(Chevrolet-Pontiac-Buick-Cadillac) so that its brands would fill different niches as well as not
compete with one another. (Corporate Information – History n.d)

With the rise of the Japanese automakers (especially Toyota) in the 1980s, GM was beginning to
be threatened. The SUV (Sports Utility Vehicle) boom of the late 1990s halted GMs decline for
the time being as it made large profits (especially in the North American market).

While sales had already been declining after 2001, it was only when the financial crisis began
that GM began to flounder. It was surpassed by Toyota in early 2007 as the world’s largest
automaker in terms of sales (Hawkes 2007). In late 2008, GM received loans from both the
American and Canadian governments to help it stay afloat.

Despite all that, GM had to file for bankruptcy on June 1, 2009 which became the fourth-largest
bankruptcy filing in U.S. history. As part of the bankruptcy deal, GM had to sell or discontinue
several brands, such as the luxury Hummer brand (sold to a Chinese company).

In return, GM would restructure and continue business, focusing on its four core brands in
America – Chevrolet, Cadillac, Buick and GMC.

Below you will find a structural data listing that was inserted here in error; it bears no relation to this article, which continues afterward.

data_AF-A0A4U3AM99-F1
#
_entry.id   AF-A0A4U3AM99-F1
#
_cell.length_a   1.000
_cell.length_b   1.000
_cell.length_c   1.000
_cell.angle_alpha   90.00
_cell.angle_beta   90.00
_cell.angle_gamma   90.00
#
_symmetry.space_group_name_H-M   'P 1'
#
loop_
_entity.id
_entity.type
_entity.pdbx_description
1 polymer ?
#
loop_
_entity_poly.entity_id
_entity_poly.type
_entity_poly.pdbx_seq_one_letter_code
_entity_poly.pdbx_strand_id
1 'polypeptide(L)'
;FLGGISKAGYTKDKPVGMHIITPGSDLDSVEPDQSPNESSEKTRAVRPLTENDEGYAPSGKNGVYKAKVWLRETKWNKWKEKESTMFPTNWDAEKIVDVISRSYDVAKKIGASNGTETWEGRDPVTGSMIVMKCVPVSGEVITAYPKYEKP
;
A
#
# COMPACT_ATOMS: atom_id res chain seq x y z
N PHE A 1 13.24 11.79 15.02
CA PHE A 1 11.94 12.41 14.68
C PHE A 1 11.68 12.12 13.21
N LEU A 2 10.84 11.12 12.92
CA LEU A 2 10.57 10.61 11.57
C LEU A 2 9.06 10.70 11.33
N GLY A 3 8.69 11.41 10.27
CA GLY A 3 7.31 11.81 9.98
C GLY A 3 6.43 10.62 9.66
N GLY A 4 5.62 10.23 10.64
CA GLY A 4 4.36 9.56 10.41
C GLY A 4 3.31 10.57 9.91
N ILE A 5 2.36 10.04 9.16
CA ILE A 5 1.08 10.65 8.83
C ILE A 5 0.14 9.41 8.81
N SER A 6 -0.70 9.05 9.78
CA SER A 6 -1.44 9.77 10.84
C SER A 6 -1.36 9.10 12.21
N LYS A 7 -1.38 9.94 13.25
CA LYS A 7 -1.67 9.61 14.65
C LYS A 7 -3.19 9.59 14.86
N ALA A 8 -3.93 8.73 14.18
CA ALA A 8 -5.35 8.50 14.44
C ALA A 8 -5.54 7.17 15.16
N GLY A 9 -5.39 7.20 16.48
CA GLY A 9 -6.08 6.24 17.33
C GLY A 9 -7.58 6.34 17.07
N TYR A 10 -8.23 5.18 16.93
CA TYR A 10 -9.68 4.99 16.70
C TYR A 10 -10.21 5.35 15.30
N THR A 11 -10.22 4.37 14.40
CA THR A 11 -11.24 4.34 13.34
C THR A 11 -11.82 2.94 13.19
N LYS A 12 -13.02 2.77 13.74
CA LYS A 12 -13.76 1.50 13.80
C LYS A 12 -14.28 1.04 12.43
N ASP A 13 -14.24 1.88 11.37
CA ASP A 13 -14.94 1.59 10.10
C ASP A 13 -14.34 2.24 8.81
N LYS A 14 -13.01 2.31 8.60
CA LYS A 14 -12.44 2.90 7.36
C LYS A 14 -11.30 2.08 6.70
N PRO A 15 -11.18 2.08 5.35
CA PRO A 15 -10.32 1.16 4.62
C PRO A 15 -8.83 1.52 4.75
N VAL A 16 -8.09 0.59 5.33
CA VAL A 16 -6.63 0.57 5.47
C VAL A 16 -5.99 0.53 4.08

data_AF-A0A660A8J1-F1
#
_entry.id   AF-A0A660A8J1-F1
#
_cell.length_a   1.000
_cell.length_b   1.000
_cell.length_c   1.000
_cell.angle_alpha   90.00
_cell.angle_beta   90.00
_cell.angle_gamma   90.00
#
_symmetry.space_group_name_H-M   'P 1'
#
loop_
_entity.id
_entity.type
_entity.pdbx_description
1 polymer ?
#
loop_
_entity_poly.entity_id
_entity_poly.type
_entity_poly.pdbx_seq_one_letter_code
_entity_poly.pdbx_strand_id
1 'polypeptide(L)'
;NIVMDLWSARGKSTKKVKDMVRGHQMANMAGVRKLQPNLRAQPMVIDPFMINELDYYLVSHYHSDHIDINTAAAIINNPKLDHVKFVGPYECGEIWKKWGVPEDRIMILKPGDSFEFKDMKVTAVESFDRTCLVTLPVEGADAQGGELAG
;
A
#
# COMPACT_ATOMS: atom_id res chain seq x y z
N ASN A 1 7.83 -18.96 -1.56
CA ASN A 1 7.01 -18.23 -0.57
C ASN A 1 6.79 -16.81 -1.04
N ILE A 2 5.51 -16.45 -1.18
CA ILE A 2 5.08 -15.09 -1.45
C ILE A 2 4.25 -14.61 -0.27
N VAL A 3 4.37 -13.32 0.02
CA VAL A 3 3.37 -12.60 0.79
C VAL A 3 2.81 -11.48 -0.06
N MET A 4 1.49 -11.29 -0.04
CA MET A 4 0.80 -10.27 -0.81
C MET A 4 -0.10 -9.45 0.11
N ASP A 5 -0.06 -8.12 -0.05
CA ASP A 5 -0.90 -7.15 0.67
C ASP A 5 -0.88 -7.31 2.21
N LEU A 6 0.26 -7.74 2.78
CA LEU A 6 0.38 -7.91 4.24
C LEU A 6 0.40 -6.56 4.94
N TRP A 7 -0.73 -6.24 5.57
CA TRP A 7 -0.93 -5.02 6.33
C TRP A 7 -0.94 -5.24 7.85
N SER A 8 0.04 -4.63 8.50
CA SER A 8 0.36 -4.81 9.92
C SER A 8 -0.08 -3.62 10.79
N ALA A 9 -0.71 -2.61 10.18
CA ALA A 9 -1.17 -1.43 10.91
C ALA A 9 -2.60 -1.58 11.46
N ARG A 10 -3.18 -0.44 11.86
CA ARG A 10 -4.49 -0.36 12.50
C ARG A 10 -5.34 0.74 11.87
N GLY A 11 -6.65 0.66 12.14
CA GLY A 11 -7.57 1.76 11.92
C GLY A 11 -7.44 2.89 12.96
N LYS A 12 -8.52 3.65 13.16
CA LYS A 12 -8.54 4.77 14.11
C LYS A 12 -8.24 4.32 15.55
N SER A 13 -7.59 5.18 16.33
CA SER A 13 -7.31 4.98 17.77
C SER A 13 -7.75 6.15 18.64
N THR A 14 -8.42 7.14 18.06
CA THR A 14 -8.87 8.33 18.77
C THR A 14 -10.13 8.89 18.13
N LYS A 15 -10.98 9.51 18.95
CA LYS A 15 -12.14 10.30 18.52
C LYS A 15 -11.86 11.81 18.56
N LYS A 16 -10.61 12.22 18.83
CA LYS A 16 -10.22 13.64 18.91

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2.0 Findings

2.1 Reasons and forces for change

In this section, the reasons and forces for change in the automobile industry in general and
General Motors in particular will be discussed. Since GM has a long history, the period of 2000-
2010 will be focused on in this assignment.

Forces of Change Analysis for General Motors (2000-2010)

The following are some of the forces of change that have affected GM in the period above:

External Forces

These include the highly competitive automobile markets. North America is GM’s largest market
(followed by China) and in 2008 GM sold 2.9 million vehicles in America with Toyota a close
second at 2.2 million. While GM is still leading sales in America, its market share has been
eroding constantly, down from the 30% in the year 1999 (where it sold 5 million vehicles) to
22% in 2008. It should be noted that many of GM’s sales during the 2000s were that of SUVs
and trucks which were hit the hardest when fuel prices went up. On the other hand, Toyota with
its more fuel efficient cars benefited. (Saporito 2008)

Another main force is that of the ongoing financial crisis which has severely affected GM’s cash
flow. In late 2008, GM predicted that it would go bankrupt without government aid or a merger
by 2009. (Gow 2008)

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Internal Forces

One main internal issue is that of GM’s previous agreements with the trade unions. The UAW